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Originally published October 3, 2010 at 10:02 PM | Page modified October 4, 2010 at 6:44 AM

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'Take Winter by Storm' urges preparations for cold weather

Did last winter's mild weather lull you into complacency? With meteorologists warning a La Niña pattern is likely to bring colder, wetter and snowier conditions this year, a campaign called "Take Winter by Storm" is urging folks in the Puget Sound region to get ready.

Seattle Times staff reporter

Emergency kit

"Take Winter by Storm" recommends preparing three emergency kits — one each for home, car and work — that include:

• Flashlight and batteries

• Radio and extra batteries

• First-aid supplies

• A three-day supply of nonperishable food and bottled water per person

• Fire extinguisher

Other foul-weather tips

• Keep storm drains in your neighborhood clear of leaves and other debris.

• Clean gutters and downspouts and direct flows away from your house.

• Never use charcoal or gas grills indoors, or run generators indoors.

• Stay away from downed power lines and report them to your local utility.

Source: "Take Winter by Storm"

Information

Take Winter by Storm: www.govlink.org/storm

Seattle RainWatch: www.atmos.washington.edu/SPU

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Did last winter's mild weather lull you into complacency?

With meteorologists warning a La Niña pattern is likely to bring colder, wetter and snowier conditions this year, a campaign called "Take Winter by Storm" is urging folks in the Puget Sound region to get ready.

"Even our easy winters typically have some rough weather," said Puget Sound Energy spokesman Andy Wappler. "But in a La Niña year, the odds are heavily stacked that most people will experience weather that at a minimum is an inconvenience, like a short loss of power, or something that is really damaging."

The paralyzing snowstorms of 2008, floods that closed Interstate 5 in 2007 and the 2006 windstorm that knocked out power to more than a million homes and businesses are examples of what winter in Western Washington can dish out — and lessons in the value of preparation.

"A lot of people have cursed the darkness as they're trying to find a flashlight after a windstorm," Wappler said. "Nobody ever regretted being prepared for weather that didn't happen."

The "Take Winter by Storm" website (www.govlink.org/storm) offers tips in nine languages, including a checklist for assembling an emergency kit and plan. There's also a printable contact card that can help family members and friends connect through a third party if local cellphone service is disrupted but long-distance service still functions.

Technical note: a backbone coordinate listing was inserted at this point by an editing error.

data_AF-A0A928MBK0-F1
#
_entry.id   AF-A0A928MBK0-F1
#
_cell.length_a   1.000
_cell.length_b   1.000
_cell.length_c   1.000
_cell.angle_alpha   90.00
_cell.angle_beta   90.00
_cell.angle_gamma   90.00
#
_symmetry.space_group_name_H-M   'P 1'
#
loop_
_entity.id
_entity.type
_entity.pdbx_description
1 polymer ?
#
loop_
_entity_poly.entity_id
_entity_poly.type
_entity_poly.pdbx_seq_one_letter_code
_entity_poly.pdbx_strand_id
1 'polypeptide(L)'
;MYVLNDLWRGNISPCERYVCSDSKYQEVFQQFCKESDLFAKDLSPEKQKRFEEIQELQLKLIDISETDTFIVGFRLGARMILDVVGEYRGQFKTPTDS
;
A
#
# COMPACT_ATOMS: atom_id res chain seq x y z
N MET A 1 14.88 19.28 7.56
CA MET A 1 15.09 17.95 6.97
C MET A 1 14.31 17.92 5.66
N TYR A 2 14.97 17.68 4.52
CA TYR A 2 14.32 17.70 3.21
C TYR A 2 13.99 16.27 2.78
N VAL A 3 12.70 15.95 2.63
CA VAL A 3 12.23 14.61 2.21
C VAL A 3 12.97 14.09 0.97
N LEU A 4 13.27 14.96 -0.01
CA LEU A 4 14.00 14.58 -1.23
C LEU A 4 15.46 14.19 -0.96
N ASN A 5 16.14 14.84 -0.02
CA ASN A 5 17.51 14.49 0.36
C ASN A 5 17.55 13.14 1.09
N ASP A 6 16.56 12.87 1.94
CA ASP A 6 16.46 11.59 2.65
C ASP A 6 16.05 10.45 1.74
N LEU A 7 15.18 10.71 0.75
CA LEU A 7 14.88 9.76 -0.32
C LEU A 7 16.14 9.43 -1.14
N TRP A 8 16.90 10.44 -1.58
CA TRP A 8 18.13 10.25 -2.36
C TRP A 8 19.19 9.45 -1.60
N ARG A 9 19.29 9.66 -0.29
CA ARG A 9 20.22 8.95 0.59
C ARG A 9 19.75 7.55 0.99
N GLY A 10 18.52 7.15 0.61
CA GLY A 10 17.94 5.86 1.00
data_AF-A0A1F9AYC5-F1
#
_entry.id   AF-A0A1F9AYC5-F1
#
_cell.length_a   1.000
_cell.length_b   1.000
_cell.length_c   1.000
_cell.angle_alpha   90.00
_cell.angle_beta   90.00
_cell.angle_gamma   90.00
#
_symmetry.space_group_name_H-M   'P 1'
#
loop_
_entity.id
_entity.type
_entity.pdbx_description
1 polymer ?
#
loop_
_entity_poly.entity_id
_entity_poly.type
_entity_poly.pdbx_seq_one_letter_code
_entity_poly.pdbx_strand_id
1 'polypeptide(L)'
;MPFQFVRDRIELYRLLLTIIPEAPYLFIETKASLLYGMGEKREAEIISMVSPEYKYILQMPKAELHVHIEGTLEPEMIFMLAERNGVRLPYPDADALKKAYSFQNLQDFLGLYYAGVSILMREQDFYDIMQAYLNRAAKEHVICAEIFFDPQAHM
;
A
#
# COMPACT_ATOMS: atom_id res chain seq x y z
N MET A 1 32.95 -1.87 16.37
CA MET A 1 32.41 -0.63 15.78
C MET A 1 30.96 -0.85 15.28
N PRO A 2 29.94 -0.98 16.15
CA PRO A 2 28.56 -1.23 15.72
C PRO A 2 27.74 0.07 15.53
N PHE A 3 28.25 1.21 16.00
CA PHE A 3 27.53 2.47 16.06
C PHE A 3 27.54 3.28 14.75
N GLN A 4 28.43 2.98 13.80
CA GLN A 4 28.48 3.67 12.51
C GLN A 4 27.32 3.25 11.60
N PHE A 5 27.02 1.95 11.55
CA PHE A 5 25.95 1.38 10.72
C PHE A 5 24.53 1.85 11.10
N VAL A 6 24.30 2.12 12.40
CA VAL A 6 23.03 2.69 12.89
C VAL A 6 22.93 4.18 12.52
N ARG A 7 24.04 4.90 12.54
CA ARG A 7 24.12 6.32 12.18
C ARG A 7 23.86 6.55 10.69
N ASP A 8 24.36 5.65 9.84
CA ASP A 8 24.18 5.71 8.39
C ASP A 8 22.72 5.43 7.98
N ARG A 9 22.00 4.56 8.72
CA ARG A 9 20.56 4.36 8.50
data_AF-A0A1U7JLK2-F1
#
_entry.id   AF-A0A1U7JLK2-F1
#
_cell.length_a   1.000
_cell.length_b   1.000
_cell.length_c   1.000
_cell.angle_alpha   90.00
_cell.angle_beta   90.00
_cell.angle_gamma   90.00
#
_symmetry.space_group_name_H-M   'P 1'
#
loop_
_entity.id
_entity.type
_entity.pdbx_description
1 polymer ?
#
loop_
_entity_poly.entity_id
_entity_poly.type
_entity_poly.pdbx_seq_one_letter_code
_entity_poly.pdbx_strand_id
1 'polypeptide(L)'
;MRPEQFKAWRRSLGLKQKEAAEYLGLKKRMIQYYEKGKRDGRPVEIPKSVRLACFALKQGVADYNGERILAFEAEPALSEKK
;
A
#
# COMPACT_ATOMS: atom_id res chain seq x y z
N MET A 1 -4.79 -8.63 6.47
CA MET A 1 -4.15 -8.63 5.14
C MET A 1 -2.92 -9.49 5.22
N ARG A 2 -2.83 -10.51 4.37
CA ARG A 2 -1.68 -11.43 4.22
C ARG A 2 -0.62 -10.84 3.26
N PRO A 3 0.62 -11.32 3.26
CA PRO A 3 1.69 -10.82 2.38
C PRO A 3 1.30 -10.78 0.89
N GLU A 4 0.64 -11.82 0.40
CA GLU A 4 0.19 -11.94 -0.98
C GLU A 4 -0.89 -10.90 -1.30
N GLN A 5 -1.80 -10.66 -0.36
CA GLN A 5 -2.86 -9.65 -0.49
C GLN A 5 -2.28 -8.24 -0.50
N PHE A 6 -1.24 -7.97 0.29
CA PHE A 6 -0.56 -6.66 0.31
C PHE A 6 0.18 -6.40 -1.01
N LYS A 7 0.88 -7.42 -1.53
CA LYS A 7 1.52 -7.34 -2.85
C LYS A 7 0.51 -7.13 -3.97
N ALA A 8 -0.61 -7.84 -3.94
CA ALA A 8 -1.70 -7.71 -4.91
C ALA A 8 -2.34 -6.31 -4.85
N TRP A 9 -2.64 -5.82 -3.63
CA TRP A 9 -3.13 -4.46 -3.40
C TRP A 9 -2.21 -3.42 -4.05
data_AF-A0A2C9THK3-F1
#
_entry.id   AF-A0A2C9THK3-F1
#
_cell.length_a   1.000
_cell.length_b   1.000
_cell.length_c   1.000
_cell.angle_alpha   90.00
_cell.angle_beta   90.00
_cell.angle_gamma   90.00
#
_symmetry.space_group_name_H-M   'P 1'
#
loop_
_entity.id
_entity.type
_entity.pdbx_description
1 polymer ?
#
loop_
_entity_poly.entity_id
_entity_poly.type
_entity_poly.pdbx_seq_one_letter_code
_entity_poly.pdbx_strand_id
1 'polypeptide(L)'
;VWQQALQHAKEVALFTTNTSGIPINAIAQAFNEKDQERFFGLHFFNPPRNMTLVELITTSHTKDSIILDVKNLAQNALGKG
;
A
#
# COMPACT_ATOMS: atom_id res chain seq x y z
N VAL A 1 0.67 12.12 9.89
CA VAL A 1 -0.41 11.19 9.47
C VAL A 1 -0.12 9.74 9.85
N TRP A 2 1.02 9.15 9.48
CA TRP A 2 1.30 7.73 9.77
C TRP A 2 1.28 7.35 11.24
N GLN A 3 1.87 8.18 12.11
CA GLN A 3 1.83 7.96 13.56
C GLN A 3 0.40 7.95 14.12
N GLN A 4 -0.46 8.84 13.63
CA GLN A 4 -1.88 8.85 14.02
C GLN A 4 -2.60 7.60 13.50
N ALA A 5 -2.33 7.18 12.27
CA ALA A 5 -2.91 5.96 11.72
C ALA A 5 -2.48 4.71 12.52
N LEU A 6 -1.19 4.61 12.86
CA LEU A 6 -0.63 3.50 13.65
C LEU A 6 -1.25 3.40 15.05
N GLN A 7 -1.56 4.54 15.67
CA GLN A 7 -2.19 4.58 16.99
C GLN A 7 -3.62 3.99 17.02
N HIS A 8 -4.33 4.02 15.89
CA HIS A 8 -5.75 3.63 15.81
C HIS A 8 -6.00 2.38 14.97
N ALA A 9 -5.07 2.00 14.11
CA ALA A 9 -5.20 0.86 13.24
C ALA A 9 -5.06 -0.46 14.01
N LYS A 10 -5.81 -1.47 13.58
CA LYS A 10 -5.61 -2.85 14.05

The program, a collaboration of King County, the city of Seattle, Puget Sound Energy and State Farm insurance, includes a stepped-up push on Facebook, Twitter and other social media aimed at younger people.

Surveys show these "young invincibles" are much less likely to prepare for emergencies than people with children or elderly relatives to care for, Wappler said.

Most of the $240,000 budget for the program will be devoted to television, radio and other media ads spotlighting safety and preparedness messages throughout the winter. Among them will be enlisting residents to help prevent localized flooding by clearing leaves and debris from their neighborhood storm drains.

"The municipal and public agencies will do what they can, but they can't be at every drain all the time," Wappler said.

When the weather turns cold and power outages are likely, the focus will be on the perils of operating charcoal grills or generators indoors. Several people who tried to warm their homes that way during the 2006 outages perished of carbon-monoxide poisoning.

La Niña years are typically wetter than usual in the Northwest, particularly in late fall and early winter. A new online tool available this year will help Seattle Public Utilities (SPU) and residents better track rainfall patterns across the city.

Seattle RainWatch (www.atmos.washington.edu/SPU) uses high-resolution radar and rain gauges to provide a real-time picture. The system is able to tabulate total rainfall for a 48-hour period, and provide a one-hour forecast of how the rain is likely to move.

Developed by University of Washington meteorologists Cliff Mass and Phil Regulski, the system also sends automatic warnings to SPU officials when rainfall approaches the levels that could cause flooding. The hope is to prevent the type of localized flooding that killed a woman trapped in her basement in Madison Valley in 2006.

But RainWatch is also helpful in less dire circumstances, Mass said.

"It's extremely useful if you want to bicycle somewhere and avoid getting wet."

Sandi Doughton: 206-464-2491 or sdoughton@seattletimes.com

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